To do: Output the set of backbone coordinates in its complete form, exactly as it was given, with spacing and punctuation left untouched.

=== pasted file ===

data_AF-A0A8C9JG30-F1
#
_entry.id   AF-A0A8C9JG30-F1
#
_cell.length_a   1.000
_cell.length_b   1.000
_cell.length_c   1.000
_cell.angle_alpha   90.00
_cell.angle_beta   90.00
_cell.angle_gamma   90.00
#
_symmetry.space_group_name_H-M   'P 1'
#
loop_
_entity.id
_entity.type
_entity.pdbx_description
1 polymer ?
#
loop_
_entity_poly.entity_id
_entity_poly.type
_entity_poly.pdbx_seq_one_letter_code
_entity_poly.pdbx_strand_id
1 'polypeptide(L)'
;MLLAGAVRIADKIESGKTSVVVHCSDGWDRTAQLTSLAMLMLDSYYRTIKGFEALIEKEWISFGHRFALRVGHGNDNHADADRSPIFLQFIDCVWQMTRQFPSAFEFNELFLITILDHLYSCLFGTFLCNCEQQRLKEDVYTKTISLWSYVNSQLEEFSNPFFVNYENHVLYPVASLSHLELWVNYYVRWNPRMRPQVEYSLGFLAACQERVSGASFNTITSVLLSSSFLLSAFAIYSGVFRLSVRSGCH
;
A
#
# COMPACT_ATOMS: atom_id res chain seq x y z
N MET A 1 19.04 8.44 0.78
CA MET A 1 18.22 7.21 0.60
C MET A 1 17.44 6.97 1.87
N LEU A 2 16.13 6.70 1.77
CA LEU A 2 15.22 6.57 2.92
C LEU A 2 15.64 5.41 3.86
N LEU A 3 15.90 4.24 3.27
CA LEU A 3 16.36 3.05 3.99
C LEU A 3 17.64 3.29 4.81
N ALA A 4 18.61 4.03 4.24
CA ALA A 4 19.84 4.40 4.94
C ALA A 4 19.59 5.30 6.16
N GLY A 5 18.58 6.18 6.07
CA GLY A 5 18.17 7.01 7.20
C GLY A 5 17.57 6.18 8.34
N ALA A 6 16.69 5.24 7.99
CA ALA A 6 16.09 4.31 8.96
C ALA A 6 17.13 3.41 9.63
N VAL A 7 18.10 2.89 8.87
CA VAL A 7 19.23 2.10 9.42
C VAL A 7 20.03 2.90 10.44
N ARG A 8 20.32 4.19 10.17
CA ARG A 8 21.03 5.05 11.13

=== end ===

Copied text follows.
data_AF-A0A8C9JG30-F1
#
_entry.id   AF-A0A8C9JG30-F1
#
_cell.length_a   1.000
_cell.length_b   1.000
_cell.length_c   1.000
_cell.angle_alpha   90.00
_cell.angle_beta   90.00
_cell.angle_gamma   90.00
#
_symmetry.space_group_name_H-M   'P 1'
#
loop_
_entity.id
_entity.type
_entity.pdbx_description
1 polymer ?
#
loop_
_entity_poly.entity_id
_entity_poly.type
_entity_poly.pdbx_seq_one_letter_code
_entity_poly.pdbx_strand_id
1 'polypeptide(L)'
;MLLAGAVRIADKIESGKTSVVVHCSDGWDRTAQLTSLAMLMLDSYYRTIKGFEALIEKEWISFGHRFALRVGHGNDNHADADRSPIFLQFIDCVWQMTRQFPSAFEFNELFLITILDHLYSCLFGTFLCNCEQQRLKEDVYTKTISLWSYVNSQLEEFSNPFFVNYENHVLYPVASLSHLELWVNYYVRWNPRMRPQVEYSLGFLAACQERVSGASFNTITSVLLSSSFLLSAFAIYSGVFRLSVRSGCH
;
A
#
# COMPACT_ATOMS: atom_id res chain seq x y z
N MET A 1 19.04 8.44 0.78
CA MET A 1 18.22 7.21 0.60
C MET A 1 17.44 6.97 1.87
N LEU A 2 16.13 6.70 1.77
CA LEU A 2 15.22 6.57 2.92
C LEU A 2 15.64 5.41 3.86
N LEU A 3 15.90 4.24 3.27
CA LEU A 3 16.36 3.05 3.99
C LEU A 3 17.64 3.29 4.81
N ALA A 4 18.61 4.03 4.24
CA ALA A 4 19.84 4.40 4.94
C ALA A 4 19.59 5.30 6.16
N GLY A 5 18.58 6.18 6.07
CA GLY A 5 18.17 7.01 7.20
C GLY A 5 17.57 6.18 8.34
N ALA A 6 16.69 5.24 7.99
CA ALA A 6 16.09 4.31 8.96
C ALA A 6 17.13 3.41 9.63
N VAL A 7 18.10 2.89 8.87
CA VAL A 7 19.23 2.10 9.42
C VAL A 7 20.03 2.90 10.44
N ARG A 8 20.32 4.19 10.17
CA ARG A 8 21.03 5.05 11.13